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Ds2 was a colicky baby, and it was always the worst at bedtime. Then, when he was 4 months old I tried eliminating dairy from my diet and he was a different baby after just a couple of days.

Sometimes babies are crying for a physical reason. Sometimes they just need the in-arms time to work out an emotional issue, like birth trauma and nothing but time will help. Some do need less stimulation and to be set down for a bit. Sometimes you never know why they are crying like that, and just do the best you can.

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#9 of 34 Old 12-04-2008, 01:34 PM
 
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Originally Posted by avivaelona View Post
There also are some babies that really do need to be put down when they are tired.
Yes.

For some babies who are easily over-stimulated or who will eventually make it obvious that they have sensory issues, too much touch can be unpleasant or even painful.

Please don't worry that you will scar your baby if you set her down for a little bit, to see if it will help. I think it's in our nature to try to stroke baby's head and talk to baby if the crying won't stop, but in a few cases this loving touch will make baby more agitated and uncomfortable.

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#10 of 34 Old 12-04-2008, 03:18 PM
 
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Happiest Baby on the Block is definately worth checking out if you haven't already.

I know it's been said before, but just keep it in your mind that a baby crying in arms is better than a baby crying alone. She needs to know you're there for her, even when it's rough.

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#11 of 34 Old 12-04-2008, 03:47 PM
 
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she might just be working out the stress from the day, she's learning a lot at once. it might be over tired and not wanting to sleep at the same time.
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#12 of 34 Old 12-04-2008, 05:31 PM - Thread Starter
 
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Thanks for all the helpful words...I've just read so much about cortisol and stress I worry that even crying in our arms feels like CIO. I worry about what it's doing to her brain, but there doesn't seem to be anything we can do about it. Anyone had a baby like this that turned into a well-adjusted child? I hope?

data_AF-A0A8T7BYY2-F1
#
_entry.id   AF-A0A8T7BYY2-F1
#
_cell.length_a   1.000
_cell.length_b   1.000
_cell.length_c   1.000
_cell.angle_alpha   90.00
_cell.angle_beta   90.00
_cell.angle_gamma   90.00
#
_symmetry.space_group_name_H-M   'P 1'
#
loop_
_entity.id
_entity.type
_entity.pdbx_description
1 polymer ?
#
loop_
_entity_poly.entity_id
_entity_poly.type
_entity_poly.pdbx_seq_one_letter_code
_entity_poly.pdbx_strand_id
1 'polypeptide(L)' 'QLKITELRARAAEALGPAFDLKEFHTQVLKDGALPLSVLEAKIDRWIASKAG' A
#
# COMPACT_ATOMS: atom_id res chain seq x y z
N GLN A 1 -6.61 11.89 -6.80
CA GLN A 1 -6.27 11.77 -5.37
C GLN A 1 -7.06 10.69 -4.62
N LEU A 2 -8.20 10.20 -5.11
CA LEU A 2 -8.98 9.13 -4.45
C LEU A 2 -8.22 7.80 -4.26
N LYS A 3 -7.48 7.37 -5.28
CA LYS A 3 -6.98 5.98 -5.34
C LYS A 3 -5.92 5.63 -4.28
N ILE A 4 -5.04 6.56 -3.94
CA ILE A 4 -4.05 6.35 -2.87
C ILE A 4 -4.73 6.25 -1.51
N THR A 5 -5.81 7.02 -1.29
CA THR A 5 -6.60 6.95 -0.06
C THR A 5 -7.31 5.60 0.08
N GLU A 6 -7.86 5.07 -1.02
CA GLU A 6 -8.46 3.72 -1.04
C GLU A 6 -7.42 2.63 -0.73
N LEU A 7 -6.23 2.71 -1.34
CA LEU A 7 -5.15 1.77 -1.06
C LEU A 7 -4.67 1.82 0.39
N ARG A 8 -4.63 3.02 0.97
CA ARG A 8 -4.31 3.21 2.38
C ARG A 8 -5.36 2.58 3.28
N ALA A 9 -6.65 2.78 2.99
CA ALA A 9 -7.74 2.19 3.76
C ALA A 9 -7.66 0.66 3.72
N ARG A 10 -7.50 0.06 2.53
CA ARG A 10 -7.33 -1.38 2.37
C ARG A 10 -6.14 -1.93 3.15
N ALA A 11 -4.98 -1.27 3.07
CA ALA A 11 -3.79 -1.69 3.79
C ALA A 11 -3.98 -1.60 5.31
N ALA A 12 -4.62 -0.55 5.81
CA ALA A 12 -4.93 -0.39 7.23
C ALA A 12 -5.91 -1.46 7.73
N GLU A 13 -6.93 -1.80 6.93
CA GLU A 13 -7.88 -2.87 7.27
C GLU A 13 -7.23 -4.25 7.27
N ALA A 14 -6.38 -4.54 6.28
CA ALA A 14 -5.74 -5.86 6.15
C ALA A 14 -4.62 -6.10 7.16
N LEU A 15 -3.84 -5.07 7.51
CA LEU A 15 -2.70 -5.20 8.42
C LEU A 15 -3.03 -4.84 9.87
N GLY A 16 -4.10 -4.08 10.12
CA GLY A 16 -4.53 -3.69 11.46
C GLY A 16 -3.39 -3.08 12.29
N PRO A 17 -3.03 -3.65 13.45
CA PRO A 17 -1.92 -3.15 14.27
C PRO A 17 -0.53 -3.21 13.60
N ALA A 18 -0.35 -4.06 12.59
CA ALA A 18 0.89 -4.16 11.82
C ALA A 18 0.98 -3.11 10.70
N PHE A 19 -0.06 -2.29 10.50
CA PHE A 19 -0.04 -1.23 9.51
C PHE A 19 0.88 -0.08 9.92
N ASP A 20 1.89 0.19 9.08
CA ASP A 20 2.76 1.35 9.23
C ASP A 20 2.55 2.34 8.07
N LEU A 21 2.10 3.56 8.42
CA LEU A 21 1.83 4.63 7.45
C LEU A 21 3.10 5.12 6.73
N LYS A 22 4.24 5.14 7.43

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#13 of 34 Old 12-04-2008, 05:55 PM
 
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If its at night it is often referred to as the 'Witching Hour'. Its a very normal phase for most babies, and as long as your there with them it is not CIO, and you are doing all you can.

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#14 of 34 Old 12-04-2008, 06:21 PM
 
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If its at night it is often referred to as the 'Witching Hour'. Its a very normal phase for most babies, and as long as your there with them it is not CIO, and you are doing all you can.
: I've also heard it called "grandma's hour".

I've also read about "Crying in Arms" which helps a baby release stress. I found it very helpful when DS was going through it. If nursing, rocking, wearing, etc. weren't working than I would sit on the edge of our bed, and hold him while he cried while taking deep breathes. He almost always calmed down within 30 min max. (as opposed to crying for hours previous to this.)

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#15 of 34 Old 12-04-2008, 06:23 PM
 
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Thanks for all the helpful words...I've just read so much about cortisol and stress I worry that even crying in our arms feels like CIO. I worry about what it's doing to her brain, but there doesn't seem to be anything we can do about it. Anyone had a baby like this that turned into a well-adjusted child? I hope?
Isn't there a study somewhere (I'm terrible at remember who did the studies, sorry!) that showed that the cortisol levels of a baby crying while being held are the same as a baby who is not crying? And those of a baby left alone to cry are through the roof.

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#16 of 34 Old 12-04-2008, 08:42 PM
 
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Isn't there a study somewhere (I'm terrible at remember who did the studies, sorry!) that showed that the cortisol levels of a baby crying while being held are the same as a baby who is not crying?
No offense but...and? Sometimes babies just cry. They just DO - I would say MOST babies have spent some time crying for no reason the parent can work out. If you've done everything there is to do, there is no reason to beat yourself up or feel guilty. Sure, you're still going to hate it and it's going to suck but being "AP" does not mean your baby will never cry. It's NORMAL.
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#17 of 34 Old 12-04-2008, 10:09 PM
 
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Yes, babies do cry, including AP'd babies. Being in your arms while it happens will greatly reduce the stress. And my daughter cried LIKE CRAZY and she is very happy and well adjusted. Relax about this - it will be OK.
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#18 of 34 Old 12-04-2008, 10:22 PM